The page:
Jump to content

Whitland & Cardigan Railway, 1930s (OO Gauge)


Recommended Posts

This layout idea started off as a simple test circuit on another thread, but has evolved into a fictional branch line set in West Wales during the 1950s/60s. The inspiration comes primarily from the Whitland and Cardigan Railway (Cardi Bach), but also a few others (taken from the book The Railways of Pembrokeshire, which is a great source of information). Whilst the layout is initially going to be a circuit on a 200 x 130cm board, I do have plans to do it "properly" one day, hopefully a round-the-room or a loft layout (depending on where I end up living).

 

This is the latest track plan, which has seen almost 60 revisions in just under a month! The idea is to have a station and goods siding on one side of the board, with a halt and siding t'other side. Not quite sure what the scenic break will look like, but I would like to try something scenic, perhaps some high ground and woods. I'm not going to have a backscene as the layout can be viewed from any side (although in practice, one short is against a wall).

 

I made a start on the baseboard last weekend, which is a pine timber frame into which I will drop craftfoam sheets (25mm deep). I can cut into these and build them up with more craftfoam or some polystyrene I have hanging about the place. The main thing is to keep the baseboard lightweight and I can infact pick it up with one hand at the moment. I will need to add some more supports in (some more to support the craftfoam and also the point motors). I've also been building a few plastic kits and doing a little kit-bashing, on the evenings.

 

Although the loop on a rectangular baseboard is a bit train-set like (using Peco Code 100 and set track for the tight curves and points), I still want it to be prototypical as much as possible. Anyway, this is where I am at the moment. Any feedback will be more than welcome. The guys on the previous thread have been most helpful.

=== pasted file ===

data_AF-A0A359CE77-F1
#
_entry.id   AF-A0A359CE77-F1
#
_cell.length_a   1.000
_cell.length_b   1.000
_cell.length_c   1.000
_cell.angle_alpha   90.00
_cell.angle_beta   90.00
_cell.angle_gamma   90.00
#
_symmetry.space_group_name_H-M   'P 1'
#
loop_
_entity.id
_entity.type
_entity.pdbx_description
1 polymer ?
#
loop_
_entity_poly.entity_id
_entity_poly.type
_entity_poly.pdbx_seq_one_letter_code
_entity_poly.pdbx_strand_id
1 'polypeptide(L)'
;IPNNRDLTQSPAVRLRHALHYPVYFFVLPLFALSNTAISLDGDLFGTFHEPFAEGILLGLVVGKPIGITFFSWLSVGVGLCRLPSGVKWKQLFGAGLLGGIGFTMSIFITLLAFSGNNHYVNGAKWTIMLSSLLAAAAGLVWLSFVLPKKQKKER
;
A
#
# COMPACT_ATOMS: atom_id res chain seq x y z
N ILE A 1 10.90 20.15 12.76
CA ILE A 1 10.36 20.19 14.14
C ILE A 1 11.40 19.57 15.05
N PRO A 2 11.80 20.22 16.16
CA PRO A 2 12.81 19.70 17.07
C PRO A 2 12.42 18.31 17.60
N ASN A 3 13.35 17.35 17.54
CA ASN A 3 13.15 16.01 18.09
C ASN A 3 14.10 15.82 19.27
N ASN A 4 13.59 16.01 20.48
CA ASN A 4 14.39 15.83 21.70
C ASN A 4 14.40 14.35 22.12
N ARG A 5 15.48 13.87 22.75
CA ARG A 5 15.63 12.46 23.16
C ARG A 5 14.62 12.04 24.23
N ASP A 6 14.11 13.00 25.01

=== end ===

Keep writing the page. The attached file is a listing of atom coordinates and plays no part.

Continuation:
This was the original thread: https://www.rmweb.co.uk/community/index.php?/topic/146079-simple-oo-gauge-test-layout/

 

v.5.2.jpg

2019.08.12-02.jpg

2019.08.12-03.jpg

  • Like 2
Link to post
Share on other sites

I really need a fiddle yard, so have managed to work one into the top right corner, which will fit along the wall on top of some racking in my room. The design of the tracks on the fiddle yard will need some work, but I wanted to get a rough idea of what would fit. I have kept the track circuit in place for when I just want to watch a train go round for a while, but this will be disguised as a private siding from both the up and down lines, with some scenic jiggery-pokery playing a part.

 

v.6.0.jpg

  • Like 1
Link to post
Share on other sites

Much better; now you've got room for pretty much as many trains as you could probably need in both up and down directions.  An obvious suggestion is to replace the crossovers in the fiddle yard with double slips to save space.  

  • Like 1
  • Thanks 1
Link to post
Share on other sites

Re-arranged the fiddle yard (it's a little like Newcastle Emlyn now, but in reverse!), swapped the set track points for electrofrogs in the fiddle yard, plus a couple of the easier ones on the main layout (will look at switching to slips next). Also removed the engineers siding opposite the halt as there is now the *fake* siding to the right of that. I also renumbered the lever frame, which are the small numbers by the signals. points, etc. (20 lever frame in the box).

 

v.6.1.jpg

  • Like 2
Link to post
Share on other sites

I like this idea a lot. The visible yard effectively stands in for the junction yards at both ends of the branch. Contrary to what we tend to model I suspect that rather more branches were cross country lines between  junctions than those that ended at a terminus but there's no reason why some trains shouldn't terrminate at your main station. Unless you have particular need for an engineer's siding I'd be tempted to make the siding at the halt  into a goods siding.

I'm not sure you need the ground frame at the right hand end of the hidden line. When you're operating normally just do what John Charman did with Charford. Shove a hedge over that end of it and simply assume that the  points lead to a now disused quarry siding or something.

I've been looking at the Cheltenham-Banbury line recently as a friend has just moved into the area and Rollright Halt, between Chipping Norton and Hook Norton, which opened in 1906 after years of local pressure,  gained a goods siding three years later. It mostly handled incoming coal for a couple of local merchants but also outgoing game and sugar beet. Despite a landslip in 1958 that cut the branch on the Banbury side (passenger services between Chipping Norton and Banbury having closed in 1951)  the siding continued to be used for goods until the whole line closed in 1962.  The siding was about 200 yards from the halt and had a loading platform and a small corrugated iron shed but yours could be all coal and mileage.  

In its more prosperous times the branch had five passenger and two goods trains each way each day but also, despite being a very twisty line, the daily "Ports to Ports" express from Newcastle to Cardiff and Barry  which took 11 hours and ran from 1906 until at least the 1930s.